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Wrong Andy Simpkin?

Mr. Andy Simpkin

Managing Director

Belaroma Coffee Company

HQ Phone: +61 1300 132 507

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Belaroma Coffee Company

75 Kenneth Road

Manly Vale, New South Wales 2093


Company Description

At Belaroma we believe there is no excuse for drinking a bad cup of coffee. That's the reason we employ genuine coffee experts and help develop their coffee expertise from green bean buying and quality assurance through to master roasting, production, p ... more

Find other employees at this company (39)

Background Information

Employment History

Managing Director

Cafe2U Pty Ltd

General Manager

Unilever N.V.


British Army




Appoints Executive Board Member
Zarraffa's Coffee


MD of Belaroma.

Web References (89 Total References)

With backing and support from ... [cached]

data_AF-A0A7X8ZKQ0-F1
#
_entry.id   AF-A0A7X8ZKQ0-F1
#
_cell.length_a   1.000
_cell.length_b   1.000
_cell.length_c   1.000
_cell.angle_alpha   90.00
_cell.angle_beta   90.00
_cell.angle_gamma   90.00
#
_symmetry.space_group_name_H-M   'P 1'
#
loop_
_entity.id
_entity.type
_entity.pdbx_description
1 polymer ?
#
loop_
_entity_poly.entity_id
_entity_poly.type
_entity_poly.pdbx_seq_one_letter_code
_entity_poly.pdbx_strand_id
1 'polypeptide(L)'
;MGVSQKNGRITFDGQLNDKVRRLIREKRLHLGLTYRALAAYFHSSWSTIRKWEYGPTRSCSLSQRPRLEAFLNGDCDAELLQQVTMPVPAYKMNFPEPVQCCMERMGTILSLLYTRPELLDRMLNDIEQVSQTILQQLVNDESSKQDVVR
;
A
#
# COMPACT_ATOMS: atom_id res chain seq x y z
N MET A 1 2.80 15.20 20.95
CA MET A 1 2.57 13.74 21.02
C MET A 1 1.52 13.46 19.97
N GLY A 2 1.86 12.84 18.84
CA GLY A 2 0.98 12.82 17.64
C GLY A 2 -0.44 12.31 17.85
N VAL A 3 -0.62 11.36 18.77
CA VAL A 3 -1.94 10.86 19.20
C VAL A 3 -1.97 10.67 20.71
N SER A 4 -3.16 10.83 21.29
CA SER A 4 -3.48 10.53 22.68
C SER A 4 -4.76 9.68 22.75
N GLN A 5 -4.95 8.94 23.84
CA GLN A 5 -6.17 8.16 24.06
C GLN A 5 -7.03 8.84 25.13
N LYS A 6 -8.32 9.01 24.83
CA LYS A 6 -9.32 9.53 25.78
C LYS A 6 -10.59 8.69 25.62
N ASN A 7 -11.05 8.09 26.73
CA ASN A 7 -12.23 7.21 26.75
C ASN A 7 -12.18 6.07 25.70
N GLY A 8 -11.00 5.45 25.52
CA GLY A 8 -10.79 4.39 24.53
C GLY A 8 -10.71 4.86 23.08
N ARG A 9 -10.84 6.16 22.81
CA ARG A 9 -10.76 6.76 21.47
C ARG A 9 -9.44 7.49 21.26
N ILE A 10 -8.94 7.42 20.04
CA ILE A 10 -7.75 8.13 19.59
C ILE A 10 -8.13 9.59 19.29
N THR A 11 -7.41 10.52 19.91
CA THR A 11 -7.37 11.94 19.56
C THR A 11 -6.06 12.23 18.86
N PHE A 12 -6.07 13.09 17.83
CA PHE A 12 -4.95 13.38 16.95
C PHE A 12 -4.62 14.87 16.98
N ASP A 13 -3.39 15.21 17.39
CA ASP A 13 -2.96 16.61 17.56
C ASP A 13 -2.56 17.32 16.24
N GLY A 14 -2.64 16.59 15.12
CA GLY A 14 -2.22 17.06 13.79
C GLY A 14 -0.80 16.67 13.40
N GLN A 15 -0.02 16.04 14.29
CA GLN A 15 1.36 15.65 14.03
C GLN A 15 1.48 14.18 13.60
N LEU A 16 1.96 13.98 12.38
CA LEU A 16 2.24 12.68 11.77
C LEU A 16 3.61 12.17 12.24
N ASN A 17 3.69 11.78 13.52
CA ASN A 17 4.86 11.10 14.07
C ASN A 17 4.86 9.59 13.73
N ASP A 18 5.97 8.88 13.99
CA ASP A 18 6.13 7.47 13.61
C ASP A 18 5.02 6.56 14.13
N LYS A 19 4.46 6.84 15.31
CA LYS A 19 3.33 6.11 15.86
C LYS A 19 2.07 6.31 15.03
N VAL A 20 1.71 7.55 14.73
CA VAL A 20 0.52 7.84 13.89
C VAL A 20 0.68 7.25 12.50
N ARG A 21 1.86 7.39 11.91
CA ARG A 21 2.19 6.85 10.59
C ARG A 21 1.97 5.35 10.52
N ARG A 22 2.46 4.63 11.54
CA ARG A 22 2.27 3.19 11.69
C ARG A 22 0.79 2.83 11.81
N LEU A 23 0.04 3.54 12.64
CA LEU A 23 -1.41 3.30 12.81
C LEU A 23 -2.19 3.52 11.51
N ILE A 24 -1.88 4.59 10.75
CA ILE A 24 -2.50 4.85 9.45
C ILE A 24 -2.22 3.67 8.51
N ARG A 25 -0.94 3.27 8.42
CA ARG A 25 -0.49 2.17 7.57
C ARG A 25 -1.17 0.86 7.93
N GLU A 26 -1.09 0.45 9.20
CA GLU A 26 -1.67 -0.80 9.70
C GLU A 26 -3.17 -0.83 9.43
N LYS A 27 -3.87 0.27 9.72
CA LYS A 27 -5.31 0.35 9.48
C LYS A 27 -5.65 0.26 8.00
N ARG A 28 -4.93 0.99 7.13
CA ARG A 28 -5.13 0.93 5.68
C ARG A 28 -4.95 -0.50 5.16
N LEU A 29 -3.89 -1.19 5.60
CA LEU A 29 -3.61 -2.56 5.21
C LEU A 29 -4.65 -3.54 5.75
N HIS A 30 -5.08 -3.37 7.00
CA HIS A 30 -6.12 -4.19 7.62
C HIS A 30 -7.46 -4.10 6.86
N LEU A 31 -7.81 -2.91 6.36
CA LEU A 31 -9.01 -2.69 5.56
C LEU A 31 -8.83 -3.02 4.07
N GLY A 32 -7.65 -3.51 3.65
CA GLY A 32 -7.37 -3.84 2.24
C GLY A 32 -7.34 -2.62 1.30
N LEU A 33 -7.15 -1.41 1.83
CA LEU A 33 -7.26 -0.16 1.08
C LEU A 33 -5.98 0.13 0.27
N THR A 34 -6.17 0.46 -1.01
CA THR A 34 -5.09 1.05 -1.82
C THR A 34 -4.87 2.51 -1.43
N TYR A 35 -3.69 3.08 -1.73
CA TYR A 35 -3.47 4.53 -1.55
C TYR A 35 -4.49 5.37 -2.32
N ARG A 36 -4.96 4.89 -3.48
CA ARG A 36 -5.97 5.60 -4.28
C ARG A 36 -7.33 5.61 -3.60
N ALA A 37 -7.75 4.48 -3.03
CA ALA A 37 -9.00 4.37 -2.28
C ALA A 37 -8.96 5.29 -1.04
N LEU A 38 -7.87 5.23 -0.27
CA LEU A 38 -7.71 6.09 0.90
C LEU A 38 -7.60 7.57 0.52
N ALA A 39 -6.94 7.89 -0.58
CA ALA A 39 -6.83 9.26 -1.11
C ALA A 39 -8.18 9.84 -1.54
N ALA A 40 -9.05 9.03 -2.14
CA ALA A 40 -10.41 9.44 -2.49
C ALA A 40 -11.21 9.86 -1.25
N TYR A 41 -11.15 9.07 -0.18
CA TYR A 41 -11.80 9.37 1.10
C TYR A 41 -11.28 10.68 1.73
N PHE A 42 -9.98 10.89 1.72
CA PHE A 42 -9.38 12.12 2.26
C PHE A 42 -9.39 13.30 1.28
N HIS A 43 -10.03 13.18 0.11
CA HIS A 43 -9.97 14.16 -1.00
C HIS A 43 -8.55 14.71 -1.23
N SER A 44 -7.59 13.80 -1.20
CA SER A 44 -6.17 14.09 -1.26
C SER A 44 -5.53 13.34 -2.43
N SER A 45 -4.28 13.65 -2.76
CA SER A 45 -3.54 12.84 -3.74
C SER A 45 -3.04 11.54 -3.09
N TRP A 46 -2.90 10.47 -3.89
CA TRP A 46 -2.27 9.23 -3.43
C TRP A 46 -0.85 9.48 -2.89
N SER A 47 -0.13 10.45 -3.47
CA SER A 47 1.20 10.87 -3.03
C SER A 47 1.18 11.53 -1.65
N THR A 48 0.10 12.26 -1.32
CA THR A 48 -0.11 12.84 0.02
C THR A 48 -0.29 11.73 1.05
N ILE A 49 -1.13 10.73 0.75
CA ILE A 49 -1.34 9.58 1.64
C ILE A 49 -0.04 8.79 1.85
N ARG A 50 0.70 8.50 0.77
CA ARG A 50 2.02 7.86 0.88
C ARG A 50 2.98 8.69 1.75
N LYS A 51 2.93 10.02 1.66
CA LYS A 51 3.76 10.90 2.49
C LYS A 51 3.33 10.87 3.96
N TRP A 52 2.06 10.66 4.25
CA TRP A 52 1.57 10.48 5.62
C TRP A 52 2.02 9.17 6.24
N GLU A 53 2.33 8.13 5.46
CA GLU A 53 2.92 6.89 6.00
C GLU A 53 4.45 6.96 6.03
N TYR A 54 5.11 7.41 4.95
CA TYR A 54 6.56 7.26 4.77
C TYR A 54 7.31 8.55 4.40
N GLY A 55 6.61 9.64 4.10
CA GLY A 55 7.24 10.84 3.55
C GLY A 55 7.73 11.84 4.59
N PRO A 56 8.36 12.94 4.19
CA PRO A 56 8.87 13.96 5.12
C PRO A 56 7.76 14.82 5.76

With backing and support from Belaroma Coffee Roasting Company owner Andy Simpkin (now Chairman of Cafe2U), Cafe2U was established - packing a complete barista bar into the back of a van.

With backing and support from ... [cached]

With backing and support from Belaroma Coffee Roasting Company owner Andy Simpkin (now Chairman of Cafe2U), Cafe2U was established - packing a complete barista bar into the back of a van.

Andy Simpkin, Managing ... [cached]

Andy Simpkin, Managing Director, Belaroma Coffee TEC NSW Alumnus

Andy Simpkin, Managing ... [cached]

Andy Simpkin, Managing Director, Belaroma Coffee TEC NSW member

Belaroma’s Andy Simpkin’s journey from the ranks to a roaster | The Premier Coffee Magazine, BeanScene [cached]

After tasting teas in the world's most challenging countries, Belaroma's Andy Simpkin says he's happily settled in Australia's thriving coffee industry.